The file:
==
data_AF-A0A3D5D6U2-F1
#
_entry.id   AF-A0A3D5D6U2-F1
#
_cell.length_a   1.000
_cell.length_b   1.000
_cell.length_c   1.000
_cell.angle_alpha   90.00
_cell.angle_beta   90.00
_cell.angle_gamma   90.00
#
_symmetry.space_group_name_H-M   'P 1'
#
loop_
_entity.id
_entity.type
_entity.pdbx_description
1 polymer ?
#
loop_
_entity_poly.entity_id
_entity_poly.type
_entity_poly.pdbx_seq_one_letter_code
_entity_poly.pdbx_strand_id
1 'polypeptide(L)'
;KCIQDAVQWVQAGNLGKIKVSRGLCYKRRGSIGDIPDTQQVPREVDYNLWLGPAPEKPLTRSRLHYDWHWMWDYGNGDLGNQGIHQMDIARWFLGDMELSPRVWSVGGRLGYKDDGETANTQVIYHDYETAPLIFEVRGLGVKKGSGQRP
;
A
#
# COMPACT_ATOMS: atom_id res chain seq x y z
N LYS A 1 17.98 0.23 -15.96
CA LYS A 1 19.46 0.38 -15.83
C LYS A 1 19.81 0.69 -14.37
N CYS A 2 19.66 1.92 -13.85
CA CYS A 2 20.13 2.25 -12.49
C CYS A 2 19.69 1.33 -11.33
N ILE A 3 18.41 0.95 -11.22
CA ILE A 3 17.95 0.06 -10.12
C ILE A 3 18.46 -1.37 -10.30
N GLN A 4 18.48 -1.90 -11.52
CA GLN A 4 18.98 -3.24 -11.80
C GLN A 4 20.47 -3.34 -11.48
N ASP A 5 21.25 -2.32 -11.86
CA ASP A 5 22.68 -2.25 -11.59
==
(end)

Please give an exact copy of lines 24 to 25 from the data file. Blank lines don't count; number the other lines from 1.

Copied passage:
_entity_poly.pdbx_strand_id
1 'polypeptide(L)'